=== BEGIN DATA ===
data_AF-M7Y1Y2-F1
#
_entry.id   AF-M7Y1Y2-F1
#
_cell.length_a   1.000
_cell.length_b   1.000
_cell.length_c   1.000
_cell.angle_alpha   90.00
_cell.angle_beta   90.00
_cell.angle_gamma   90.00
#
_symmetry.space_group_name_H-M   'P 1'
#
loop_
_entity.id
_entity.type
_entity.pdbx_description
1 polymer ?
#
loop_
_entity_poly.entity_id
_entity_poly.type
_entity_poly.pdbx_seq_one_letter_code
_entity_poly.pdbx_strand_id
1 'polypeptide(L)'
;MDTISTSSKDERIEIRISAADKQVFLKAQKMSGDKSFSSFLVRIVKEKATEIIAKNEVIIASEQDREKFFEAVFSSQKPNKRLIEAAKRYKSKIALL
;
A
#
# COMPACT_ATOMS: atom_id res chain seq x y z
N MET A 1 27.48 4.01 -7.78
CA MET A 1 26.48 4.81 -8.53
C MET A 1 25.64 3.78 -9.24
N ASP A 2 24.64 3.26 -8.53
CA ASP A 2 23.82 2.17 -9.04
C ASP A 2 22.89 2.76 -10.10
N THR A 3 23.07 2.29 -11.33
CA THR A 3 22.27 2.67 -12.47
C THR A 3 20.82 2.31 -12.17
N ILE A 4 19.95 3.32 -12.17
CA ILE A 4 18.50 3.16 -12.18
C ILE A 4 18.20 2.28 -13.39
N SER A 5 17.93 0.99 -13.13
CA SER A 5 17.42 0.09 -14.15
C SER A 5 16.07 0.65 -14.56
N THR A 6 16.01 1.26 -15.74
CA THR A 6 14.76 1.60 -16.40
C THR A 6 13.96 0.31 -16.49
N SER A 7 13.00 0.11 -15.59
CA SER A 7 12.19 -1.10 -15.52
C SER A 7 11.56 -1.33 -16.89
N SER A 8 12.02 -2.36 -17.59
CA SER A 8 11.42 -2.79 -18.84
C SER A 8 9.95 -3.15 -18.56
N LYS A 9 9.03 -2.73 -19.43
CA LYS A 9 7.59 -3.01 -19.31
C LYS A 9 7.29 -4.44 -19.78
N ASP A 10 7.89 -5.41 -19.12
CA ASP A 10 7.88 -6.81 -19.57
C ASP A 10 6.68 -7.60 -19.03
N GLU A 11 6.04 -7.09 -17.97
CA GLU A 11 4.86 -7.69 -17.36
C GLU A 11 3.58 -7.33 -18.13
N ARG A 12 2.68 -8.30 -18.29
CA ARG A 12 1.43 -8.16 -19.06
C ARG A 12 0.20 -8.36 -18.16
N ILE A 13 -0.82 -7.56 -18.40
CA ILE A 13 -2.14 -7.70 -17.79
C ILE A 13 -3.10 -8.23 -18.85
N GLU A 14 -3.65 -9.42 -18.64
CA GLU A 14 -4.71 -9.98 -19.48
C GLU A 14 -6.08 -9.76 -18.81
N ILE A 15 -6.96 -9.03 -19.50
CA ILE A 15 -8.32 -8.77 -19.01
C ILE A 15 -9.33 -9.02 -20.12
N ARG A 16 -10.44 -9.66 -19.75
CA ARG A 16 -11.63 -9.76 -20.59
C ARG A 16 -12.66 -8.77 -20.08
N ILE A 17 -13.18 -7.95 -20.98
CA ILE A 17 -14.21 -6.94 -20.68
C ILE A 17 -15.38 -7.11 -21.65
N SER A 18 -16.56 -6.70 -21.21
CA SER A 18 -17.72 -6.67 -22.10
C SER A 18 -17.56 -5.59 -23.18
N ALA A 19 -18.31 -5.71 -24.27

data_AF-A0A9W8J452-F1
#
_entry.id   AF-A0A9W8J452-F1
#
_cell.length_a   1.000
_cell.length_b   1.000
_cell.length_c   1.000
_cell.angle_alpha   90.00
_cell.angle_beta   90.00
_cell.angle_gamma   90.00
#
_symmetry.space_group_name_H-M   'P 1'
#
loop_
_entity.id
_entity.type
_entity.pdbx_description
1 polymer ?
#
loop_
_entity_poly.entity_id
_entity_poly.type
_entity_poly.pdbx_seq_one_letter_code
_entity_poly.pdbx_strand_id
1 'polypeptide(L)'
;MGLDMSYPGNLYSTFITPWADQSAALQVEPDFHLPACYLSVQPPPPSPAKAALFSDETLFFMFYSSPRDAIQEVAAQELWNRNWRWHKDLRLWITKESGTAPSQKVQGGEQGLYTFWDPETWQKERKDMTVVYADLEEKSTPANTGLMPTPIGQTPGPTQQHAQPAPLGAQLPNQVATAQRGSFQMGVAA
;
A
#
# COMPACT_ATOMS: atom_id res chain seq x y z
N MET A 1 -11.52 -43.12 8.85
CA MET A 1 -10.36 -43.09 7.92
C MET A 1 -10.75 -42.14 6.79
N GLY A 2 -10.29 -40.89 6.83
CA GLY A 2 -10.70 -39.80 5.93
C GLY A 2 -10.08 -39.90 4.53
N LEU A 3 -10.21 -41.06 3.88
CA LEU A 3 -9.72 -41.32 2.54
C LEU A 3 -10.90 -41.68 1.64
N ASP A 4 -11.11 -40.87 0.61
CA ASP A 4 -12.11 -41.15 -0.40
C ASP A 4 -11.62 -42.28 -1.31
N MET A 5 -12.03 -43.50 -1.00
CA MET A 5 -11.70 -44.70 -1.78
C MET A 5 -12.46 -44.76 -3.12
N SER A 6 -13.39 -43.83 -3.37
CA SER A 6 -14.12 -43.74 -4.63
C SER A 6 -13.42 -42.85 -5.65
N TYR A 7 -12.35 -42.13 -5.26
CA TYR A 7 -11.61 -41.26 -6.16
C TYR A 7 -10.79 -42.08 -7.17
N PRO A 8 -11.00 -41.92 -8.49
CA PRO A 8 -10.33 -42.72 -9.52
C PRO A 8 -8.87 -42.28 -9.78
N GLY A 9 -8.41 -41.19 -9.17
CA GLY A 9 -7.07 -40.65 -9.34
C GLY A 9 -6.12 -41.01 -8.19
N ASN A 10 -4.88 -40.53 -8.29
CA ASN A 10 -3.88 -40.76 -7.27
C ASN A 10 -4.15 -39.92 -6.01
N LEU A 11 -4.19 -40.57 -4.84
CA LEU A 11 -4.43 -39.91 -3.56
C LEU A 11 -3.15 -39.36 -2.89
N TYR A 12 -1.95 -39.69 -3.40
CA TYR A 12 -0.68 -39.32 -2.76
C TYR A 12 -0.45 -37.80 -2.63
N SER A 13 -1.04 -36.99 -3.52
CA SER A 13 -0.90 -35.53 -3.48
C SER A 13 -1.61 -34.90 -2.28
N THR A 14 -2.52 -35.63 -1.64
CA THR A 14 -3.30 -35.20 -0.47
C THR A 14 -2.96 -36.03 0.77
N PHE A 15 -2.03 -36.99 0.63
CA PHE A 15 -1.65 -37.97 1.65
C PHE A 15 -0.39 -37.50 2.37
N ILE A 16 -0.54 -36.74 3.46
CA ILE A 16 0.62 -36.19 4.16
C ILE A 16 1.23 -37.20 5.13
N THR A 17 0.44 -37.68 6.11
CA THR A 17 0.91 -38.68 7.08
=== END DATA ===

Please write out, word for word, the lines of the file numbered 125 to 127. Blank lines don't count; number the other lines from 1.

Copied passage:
N ASP A 4 -11.11 -40.87 0.61
CA ASP A 4 -12.11 -41.15 -0.40
C ASP A 4 -11.62 -42.28 -1.31